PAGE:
(This is a re-post of a blog published four years ago, to illustrate the fact that nothing, absolutely nothing, has changed. How many dead Palestinian men, women and children will it take before our politicians will decide that enough is enough? On reflection: don’t answer that! See you in another four years.)

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Obama’s Silliest Mistake Yet

meThere’s a sketch by Peter Cook and Dudley Moore in which Dudley is interviewing Sir Arthur Steeves-Griebling, proprietor of The Vole and Pea, an establishment devoted to fine dining somewhere on the south coast of England. Not to put too fine a point on it: The Vole and Pea is struggling. The problem: no customers. Even a radio appeal to the French across the English Channel has remained fruitless. Obviously, Sir Arthur is not cut out for the catering trade, a fact he implicitly admits when he answers Dudley’s question ‘Have you learned from your mistakes?’

‘Yes I have’, replies Sir Arthur, ‘and I can probably repeat them.’

I was reminded of this exchange some time ago, when Barack Obama -having had people close to the Syrian rebels, or possibly the Israëli secret service, whispering in his ear that the Syrian President Assad might, at some point, resort to chemical warfare. At the time, nothing of the sort had yet happened and Obama could easily have said something like ‘well, we’ll cross that bridge when we get to it.’ Chances are that we’d not be in the situation we’re in today.

But Barack Obama did not say that. Remembering suddenly that he is President of the United States, the greatest country on Earth, the world’s policeman and tireless force for good he came out and warned Assad that any use of chemical weapons would mean that a red line had been crossed and that the West could in that case no longer stand idly by. Action would have to be taken.

Poor Obama! A man of sound character, above-average intellect and the first in a long line of US Presidents who is not either a complete dolt or a wild-eyed gunslinger makes a mistake like that? Did he not realize that from the moment his words had left his mouth the use of chemical weapons in Syria had become all but inevitable? Assad was unlikely to use them, he has no need of that. Left alone and without western interference the civil war will eventually have only one winner: the regime. But at rebel headquarters the champagne corks must have popped merrily, for what Obama had done was give them a weapon mightier than any anti-tank rocket or machine gun. He had handed them the option of a chemical incident, that would unleash the West’s military wrath on the Syrian leadership.
As we now know, a chemical incident has duly taken place. Somewhere on the outskirts of Damascus, in what has been described in the media as a rebel-held area, people have been filmed and photographed who were purportedly suffering from the effects of a nerve agent. Personally I’m not sure what the appearance of such a person should be like, but I had expected something more in the order of horrible scarring, bleeding from eyes, mouths and noses and a complete unawareness of the presence of cameras. Hundreds of people are supposed to have died. I am in no position to confirm or deny that -I haven’t seen any corpses- but what strikes me is the apparent discrepancy between the dead and the survivors. There has to be something between snuffing it altogether and lying on a stretcher with your hands over your eyes, sneaking a peek at the cameras. Call me a cynic but I’ve seen scenes like that in a succession of conflicts, most notably the war in Bosnia.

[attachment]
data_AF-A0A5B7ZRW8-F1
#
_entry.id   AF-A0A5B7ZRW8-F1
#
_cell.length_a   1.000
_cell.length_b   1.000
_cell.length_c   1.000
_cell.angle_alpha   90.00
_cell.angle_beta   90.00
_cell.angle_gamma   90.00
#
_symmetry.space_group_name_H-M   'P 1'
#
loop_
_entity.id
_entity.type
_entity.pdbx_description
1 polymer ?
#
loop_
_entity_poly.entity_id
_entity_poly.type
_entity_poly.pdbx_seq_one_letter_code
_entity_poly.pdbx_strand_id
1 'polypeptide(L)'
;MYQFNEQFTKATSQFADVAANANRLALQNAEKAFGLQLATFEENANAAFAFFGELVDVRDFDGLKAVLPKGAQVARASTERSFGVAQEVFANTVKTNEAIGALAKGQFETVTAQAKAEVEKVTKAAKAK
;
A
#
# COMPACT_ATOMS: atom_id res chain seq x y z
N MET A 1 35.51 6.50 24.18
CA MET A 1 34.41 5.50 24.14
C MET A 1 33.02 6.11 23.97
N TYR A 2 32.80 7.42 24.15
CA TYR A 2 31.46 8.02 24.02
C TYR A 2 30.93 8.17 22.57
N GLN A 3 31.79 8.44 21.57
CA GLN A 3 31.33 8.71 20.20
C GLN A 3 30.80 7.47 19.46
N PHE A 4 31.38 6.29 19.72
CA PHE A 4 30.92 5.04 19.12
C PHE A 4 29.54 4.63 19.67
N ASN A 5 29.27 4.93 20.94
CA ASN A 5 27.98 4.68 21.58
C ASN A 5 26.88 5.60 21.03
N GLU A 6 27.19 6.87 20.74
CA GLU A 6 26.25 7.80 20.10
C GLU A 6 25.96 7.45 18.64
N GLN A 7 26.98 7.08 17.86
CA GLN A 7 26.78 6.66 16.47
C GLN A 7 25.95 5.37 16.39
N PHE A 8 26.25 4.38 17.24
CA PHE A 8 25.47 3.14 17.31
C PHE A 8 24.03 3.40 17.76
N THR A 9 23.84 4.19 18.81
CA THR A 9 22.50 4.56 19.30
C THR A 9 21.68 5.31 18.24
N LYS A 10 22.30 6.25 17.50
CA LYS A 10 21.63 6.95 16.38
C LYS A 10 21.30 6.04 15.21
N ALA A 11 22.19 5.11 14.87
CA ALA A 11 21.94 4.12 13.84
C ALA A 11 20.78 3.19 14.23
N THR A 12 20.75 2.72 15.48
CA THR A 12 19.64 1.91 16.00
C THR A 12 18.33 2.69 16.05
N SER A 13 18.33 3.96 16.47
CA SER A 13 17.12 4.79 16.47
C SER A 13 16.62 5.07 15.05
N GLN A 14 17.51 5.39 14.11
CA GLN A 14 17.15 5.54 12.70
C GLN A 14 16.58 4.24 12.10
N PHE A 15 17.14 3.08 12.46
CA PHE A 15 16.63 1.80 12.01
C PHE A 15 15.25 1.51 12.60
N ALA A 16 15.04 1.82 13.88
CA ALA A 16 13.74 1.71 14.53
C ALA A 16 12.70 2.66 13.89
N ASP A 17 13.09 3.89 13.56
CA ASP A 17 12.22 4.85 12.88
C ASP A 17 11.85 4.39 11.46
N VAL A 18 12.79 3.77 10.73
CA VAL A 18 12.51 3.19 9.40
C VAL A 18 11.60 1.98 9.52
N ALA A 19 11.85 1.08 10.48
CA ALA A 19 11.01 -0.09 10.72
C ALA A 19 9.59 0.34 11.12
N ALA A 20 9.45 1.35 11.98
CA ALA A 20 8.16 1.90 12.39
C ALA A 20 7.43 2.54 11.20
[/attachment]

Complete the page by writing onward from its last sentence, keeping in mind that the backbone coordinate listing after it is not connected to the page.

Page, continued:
Further proof of the fact that the West is doomed to repeat endlessly the mistakes of the past can be found in the way western leader are handling the situation. If I were Obama, or Cameron or Hollande I wouldn’t open my mouth to voice an opinion until the matter had been exhaustively investigated by chemical weapons experts. They are now on the spot in Syria, gathering evidence. Wait for their report? No need, says UK Foreign Secretary William Hague, Assad did it. For such idiocy he gets paid, I’ll remind you. The US Secretary of State: ditto. Do we need the United Nations’ permission before we start firing? Of course not.

Years ago, in the run-up to the murderous western assault on Iraq, I explained in a column for Radio Netherlands that chemical warfare is not the exclusive domain of governments. Any ordinary citizen with a well-stocked kitchen cabinet can mix a cocktail of chemicals that will make your eyes water, prevent you breathing and eventually kill you. Take a bottle of chlorine and another filled with toilet cleaner, pour them into a bucket together and see what happens. Better still, don’t hang around. Also, there’s an industrial strength drain-unblocker -freely available in shops- that will, when mixed with hot water, have much the same effect. On second thought: don’t try any of this at home, it’s dangerous. Anyway, there is no reason to believe the Syrian rebels could or would never cause a bit of a chemical emergency, just to tip weak minded but heavily armed western leaders over the edge of reason. If the cruise missiles can remain silent for a while longer, perhaps we’ll find out the truth. But then, who needs the truth? Truth is for wimps. Poor, poor Obama!

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The Trojan Horse Rides Again